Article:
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LONDON — The United Kingdom has delayed a plan that would put smart energy meters in 30 million homes, the Department of Energy and Climate Change (DECC) announced.
Secretary of State for Energy and Climate Change, the Rt. Hon. Edward Davey Mp said in a statement that the government determined more time was needed for the implementation of the program.
“The consistent message was that more time was needed if the mass rollout was to get off to the best possible start and ensure a quality experience for consumers. We therefore now expect suppliers to be ready to start their full scale roll-out by autumn 2015, supported by the DCC [common data and communication infrastructure] services,” Davey said.
“Completing the national rollout will be an enormous logistical and technical challenge for the industry, involving visits to around 30 million homes and small businesses and installing over 50 million meters. To this end, and reflecting the extended period to build and test the systems required by industry, the government has decided to move the completion date for the mass rollout from end 2019 to end 2020, although I expect the vast majority of smart meters to be in place against the original 2019 deadline. Getting this right for consumers is the government’s priority and this package of proposals will give consumers and industry the confidence they need.”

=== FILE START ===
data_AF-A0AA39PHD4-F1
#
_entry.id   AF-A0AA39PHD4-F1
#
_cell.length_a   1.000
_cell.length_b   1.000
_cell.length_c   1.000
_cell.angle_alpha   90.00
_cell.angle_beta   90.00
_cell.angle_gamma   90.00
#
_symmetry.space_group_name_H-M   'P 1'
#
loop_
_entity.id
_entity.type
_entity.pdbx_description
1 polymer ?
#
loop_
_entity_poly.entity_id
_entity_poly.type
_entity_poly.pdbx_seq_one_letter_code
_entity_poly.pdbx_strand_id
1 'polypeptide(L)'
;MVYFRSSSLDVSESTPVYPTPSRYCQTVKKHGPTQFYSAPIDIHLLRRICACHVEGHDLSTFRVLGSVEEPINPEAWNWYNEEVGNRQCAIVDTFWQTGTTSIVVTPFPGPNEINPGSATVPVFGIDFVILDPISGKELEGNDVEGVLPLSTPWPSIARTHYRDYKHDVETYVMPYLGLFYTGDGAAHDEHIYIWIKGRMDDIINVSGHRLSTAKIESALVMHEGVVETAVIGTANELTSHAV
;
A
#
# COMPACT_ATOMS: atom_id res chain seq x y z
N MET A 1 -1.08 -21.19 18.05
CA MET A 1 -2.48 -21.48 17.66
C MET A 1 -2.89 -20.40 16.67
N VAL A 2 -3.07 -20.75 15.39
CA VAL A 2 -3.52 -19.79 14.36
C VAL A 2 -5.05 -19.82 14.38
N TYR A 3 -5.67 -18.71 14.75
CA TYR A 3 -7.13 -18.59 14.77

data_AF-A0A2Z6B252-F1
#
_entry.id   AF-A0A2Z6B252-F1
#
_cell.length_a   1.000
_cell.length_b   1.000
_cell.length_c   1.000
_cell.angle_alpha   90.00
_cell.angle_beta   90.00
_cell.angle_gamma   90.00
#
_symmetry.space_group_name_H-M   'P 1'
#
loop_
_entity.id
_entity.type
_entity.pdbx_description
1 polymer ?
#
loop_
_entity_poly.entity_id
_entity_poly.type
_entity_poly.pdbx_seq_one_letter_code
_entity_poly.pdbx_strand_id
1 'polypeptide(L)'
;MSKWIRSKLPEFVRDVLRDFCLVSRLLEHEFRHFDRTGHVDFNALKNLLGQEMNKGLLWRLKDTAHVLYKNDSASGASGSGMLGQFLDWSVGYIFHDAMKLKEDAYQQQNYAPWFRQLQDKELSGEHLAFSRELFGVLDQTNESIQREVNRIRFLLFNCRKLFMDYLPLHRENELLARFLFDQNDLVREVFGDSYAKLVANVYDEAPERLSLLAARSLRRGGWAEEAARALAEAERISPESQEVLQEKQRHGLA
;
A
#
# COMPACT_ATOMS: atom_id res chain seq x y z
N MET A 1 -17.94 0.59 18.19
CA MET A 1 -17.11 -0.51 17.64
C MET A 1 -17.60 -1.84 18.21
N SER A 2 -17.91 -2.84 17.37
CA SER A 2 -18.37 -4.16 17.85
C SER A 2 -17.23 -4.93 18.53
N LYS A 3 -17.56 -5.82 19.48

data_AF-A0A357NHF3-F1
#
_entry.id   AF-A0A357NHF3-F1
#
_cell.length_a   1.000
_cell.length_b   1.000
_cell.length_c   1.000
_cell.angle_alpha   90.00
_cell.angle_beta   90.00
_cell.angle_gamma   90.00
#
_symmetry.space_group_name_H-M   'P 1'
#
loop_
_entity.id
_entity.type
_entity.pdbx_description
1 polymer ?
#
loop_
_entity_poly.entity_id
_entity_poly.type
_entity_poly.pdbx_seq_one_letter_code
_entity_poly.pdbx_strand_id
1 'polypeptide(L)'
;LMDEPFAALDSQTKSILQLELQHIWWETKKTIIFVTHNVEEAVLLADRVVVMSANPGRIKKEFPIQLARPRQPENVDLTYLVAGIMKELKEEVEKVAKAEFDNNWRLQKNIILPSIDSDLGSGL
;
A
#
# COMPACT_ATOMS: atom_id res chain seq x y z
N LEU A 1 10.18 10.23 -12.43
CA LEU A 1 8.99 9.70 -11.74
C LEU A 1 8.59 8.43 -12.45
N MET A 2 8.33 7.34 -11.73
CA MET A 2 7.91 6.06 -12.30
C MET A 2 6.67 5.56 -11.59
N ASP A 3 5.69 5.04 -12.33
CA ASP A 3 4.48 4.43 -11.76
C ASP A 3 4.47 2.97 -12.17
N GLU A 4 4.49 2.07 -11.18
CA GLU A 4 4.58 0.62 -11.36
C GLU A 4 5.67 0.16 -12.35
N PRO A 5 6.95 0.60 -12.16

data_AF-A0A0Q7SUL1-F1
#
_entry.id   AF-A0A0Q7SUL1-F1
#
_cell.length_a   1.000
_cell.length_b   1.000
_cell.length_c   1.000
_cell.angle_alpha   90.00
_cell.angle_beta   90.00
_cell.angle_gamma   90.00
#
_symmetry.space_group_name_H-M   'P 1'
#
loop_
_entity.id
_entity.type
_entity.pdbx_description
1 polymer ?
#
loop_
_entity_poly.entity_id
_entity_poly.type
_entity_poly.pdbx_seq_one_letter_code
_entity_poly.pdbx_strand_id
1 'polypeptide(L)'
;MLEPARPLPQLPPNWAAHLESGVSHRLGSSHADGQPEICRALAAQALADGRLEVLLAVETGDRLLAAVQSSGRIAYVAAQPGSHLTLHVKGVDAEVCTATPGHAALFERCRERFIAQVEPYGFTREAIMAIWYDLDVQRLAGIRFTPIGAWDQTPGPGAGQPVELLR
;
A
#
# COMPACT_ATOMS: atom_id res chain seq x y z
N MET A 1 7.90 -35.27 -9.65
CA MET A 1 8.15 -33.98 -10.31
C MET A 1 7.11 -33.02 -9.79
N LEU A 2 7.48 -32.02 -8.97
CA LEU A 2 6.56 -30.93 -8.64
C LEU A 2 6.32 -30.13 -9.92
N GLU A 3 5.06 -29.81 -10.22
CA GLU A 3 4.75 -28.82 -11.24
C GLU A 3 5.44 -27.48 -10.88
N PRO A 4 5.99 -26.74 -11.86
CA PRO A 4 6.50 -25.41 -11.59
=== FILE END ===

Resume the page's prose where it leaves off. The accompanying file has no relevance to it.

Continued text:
Energy and Climate Change Minister Baroness Verma said she wants to make sure the industry gets it right for consumers, hence the delay.
“I want to ensure that consumers have a good experience of smart metering from day one,” she said.
Publication date: 6/3/2013